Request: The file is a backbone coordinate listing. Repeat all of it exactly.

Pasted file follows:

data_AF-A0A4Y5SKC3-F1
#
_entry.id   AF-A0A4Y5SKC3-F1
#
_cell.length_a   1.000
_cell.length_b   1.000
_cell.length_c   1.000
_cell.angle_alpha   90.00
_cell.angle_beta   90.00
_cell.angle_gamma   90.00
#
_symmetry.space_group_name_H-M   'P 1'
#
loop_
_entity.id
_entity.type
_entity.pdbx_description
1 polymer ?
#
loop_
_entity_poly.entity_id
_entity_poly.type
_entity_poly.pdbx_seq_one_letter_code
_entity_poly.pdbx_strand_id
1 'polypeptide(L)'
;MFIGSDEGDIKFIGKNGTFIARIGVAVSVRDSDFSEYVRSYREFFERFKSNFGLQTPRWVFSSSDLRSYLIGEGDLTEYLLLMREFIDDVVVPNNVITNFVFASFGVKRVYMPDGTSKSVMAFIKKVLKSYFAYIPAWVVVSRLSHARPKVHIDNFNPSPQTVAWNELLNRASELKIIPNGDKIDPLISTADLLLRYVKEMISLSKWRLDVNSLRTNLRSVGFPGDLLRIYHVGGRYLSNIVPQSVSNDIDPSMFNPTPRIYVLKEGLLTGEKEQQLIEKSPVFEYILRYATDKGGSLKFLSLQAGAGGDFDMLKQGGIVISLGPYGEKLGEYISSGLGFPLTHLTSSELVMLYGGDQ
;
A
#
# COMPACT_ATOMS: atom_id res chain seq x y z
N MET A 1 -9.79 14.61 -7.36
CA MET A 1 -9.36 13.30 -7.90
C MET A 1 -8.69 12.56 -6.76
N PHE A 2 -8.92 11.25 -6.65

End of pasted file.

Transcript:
data_AF-A0A4Y5SKC3-F1
#
_entry.id   AF-A0A4Y5SKC3-F1
#
_cell.length_a   1.000
_cell.length_b   1.000
_cell.length_c   1.000
_cell.angle_alpha   90.00
_cell.angle_beta   90.00
_cell.angle_gamma   90.00
#
_symmetry.space_group_name_H-M   'P 1'
#
loop_
_entity.id
_entity.type
_entity.pdbx_description
1 polymer ?
#
loop_
_entity_poly.entity_id
_entity_poly.type
_entity_poly.pdbx_seq_one_letter_code
_entity_poly.pdbx_strand_id
1 'polypeptide(L)'
;MFIGSDEGDIKFIGKNGTFIARIGVAVSVRDSDFSEYVRSYREFFERFKSNFGLQTPRWVFSSSDLRSYLIGEGDLTEYLLLMREFIDDVVVPNNVITNFVFASFGVKRVYMPDGTSKSVMAFIKKVLKSYFAYIPAWVVVSRLSHARPKVHIDNFNPSPQTVAWNELLNRASELKIIPNGDKIDPLISTADLLLRYVKEMISLSKWRLDVNSLRTNLRSVGFPGDLLRIYHVGGRYLSNIVPQSVSNDIDPSMFNPTPRIYVLKEGLLTGEKEQQLIEKSPVFEYILRYATDKGGSLKFLSLQAGAGGDFDMLKQGGIVISLGPYGEKLGEYISSGLGFPLTHLTSSELVMLYGGDQ
;
A
#
# COMPACT_ATOMS: atom_id res chain seq x y z
N MET A 1 -9.79 14.61 -7.36
CA MET A 1 -9.36 13.30 -7.90
C MET A 1 -8.69 12.56 -6.76
N PHE A 2 -8.92 11.25 -6.65